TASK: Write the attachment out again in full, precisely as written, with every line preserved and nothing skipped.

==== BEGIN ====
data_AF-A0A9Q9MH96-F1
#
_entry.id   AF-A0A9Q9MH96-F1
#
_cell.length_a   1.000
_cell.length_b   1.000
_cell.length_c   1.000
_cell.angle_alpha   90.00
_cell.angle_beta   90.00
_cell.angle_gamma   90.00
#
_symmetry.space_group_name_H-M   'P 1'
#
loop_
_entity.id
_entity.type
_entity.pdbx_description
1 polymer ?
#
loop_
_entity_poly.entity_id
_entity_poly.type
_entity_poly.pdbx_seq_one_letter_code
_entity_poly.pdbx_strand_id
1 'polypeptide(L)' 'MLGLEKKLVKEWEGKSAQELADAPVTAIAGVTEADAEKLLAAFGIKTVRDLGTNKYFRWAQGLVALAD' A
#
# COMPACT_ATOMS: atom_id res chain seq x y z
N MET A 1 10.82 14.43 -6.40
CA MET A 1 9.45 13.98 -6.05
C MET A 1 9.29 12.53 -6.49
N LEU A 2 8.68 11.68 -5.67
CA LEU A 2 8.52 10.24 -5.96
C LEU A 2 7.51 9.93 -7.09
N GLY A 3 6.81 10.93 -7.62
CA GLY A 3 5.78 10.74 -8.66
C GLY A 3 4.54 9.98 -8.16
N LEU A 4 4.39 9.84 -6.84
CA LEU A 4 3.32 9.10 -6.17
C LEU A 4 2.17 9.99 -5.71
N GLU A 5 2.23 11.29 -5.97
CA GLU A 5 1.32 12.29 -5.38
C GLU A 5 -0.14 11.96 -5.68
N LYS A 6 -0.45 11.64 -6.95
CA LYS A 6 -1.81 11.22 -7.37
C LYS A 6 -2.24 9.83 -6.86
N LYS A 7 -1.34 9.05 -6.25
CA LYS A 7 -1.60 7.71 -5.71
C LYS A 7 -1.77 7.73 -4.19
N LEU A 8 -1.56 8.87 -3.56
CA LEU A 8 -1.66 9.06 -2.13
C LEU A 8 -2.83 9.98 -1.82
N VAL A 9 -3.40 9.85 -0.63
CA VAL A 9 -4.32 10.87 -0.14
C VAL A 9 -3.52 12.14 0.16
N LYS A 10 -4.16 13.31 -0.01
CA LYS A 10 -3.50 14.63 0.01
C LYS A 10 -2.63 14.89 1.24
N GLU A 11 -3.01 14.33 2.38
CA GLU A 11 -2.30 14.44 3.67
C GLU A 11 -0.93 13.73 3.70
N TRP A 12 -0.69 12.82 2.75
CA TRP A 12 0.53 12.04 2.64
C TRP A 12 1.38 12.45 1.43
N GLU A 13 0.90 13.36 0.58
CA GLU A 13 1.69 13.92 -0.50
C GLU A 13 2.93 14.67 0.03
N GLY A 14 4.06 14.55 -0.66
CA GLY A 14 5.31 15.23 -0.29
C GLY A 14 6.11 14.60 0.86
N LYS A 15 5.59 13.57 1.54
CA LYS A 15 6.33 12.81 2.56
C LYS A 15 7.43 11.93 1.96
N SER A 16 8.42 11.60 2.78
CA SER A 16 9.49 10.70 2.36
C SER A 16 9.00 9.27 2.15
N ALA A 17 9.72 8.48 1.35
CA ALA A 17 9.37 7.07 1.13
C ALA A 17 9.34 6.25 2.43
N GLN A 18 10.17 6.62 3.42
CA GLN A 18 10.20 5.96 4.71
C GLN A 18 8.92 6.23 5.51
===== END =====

data_AF-A0A9Q9MH96-F1
#
_entry.id   AF-A0A9Q9MH96-F1
#
_cell.length_a   1.000
_cell.length_b   1.000
_cell.length_c   1.000
_cell.angle_alpha   90.00
_cell.angle_beta   90.00
_cell.angle_gamma   90.00
#
_symmetry.space_group_name_H-M   'P 1'
#
loop_
_entity.id
_entity.type
_entity.pdbx_description
1 polymer ?
#
loop_
_entity_poly.entity_id
_entity_poly.type
_entity_poly.pdbx_seq_one_letter_code
_entity_poly.pdbx_strand_id
1 'polypeptide(L)' 'MLGLEKKLVKEWEGKSAQELADAPVTAIAGVTEADAEKLLAAFGIKTVRDLGTNKYFRWAQGLVALAD' A
#
# COMPACT_ATOMS: atom_id res chain seq x y z
N MET A 1 10.82 14.43 -6.40
CA MET A 1 9.45 13.98 -6.05
C MET A 1 9.29 12.53 -6.49
N LEU A 2 8.68 11.68 -5.67
CA LEU A 2 8.52 10.24 -5.96
C LEU A 2 7.51 9.93 -7.09
N GLY A 3 6.81 10.93 -7.62
CA GLY A 3 5.78 10.74 -8.66
C GLY A 3 4.54 9.98 -8.16
N LEU A 4 4.39 9.84 -6.84
CA LEU A 4 3.32 9.10 -6.17
C LEU A 4 2.17 9.99 -5.71
N GLU A 5 2.23 11.29 -5.97
CA GLU A 5 1.32 12.29 -5.38
C GLU A 5 -0.14 11.96 -5.68
N LYS A 6 -0.45 11.64 -6.95
CA LYS A 6 -1.81 11.22 -7.37
C LYS A 6 -2.24 9.83 -6.86
N LYS A 7 -1.34 9.05 -6.25
CA LYS A 7 -1.60 7.71 -5.71
C LYS A 7 -1.77 7.73 -4.19
N LEU A 8 -1.56 8.87 -3.56
CA LEU A 8 -1.66 9.06 -2.13
C LEU A 8 -2.83 9.98 -1.82
N VAL A 9 -3.40 9.85 -0.63
CA VAL A 9 -4.32 10.87 -0.14
C VAL A 9 -3.52 12.14 0.16
N LYS A 10 -4.16 13.31 -0.01
CA LYS A 10 -3.50 14.63 0.01
C LYS A 10 -2.63 14.89 1.24
N GLU A 11 -3.01 14.33 2.38
CA GLU A 11 -2.30 14.44 3.67
C GLU A 11 -0.93 13.73 3.70
N TRP A 12 -0.69 12.82 2.75
CA TRP A 12 0.53 12.04 2.64
C TRP A 12 1.38 12.45 1.43
N GLU A 13 0.90 13.36 0.58
CA GLU A 13 1.69 13.92 -0.50
C GLU A 13 2.93 14.67 0.03
N GLY A 14 4.06 14.55 -0.66
CA GLY A 14 5.31 15.23 -0.29
C GLY A 14 6.11 14.60 0.86
N LYS A 15 5.59 13.57 1.54
CA LYS A 15 6.33 12.81 2.56
C LYS A 15 7.43 11.93 1.96
N SER A 16 8.42 11.60 2.78
CA SER A 16 9.49 10.70 2.36
C SER A 16 9.00 9.27 2.15
N ALA A 17 9.72 8.48 1.35
CA ALA A 17 9.37 7.07 1.13
C ALA A 17 9.34 6.25 2.43
N GLN A 18 10.17 6.62 3.42
CA GLN A 18 10.20 5.96 4.71
C GLN A 18 8.92 6.23 5.51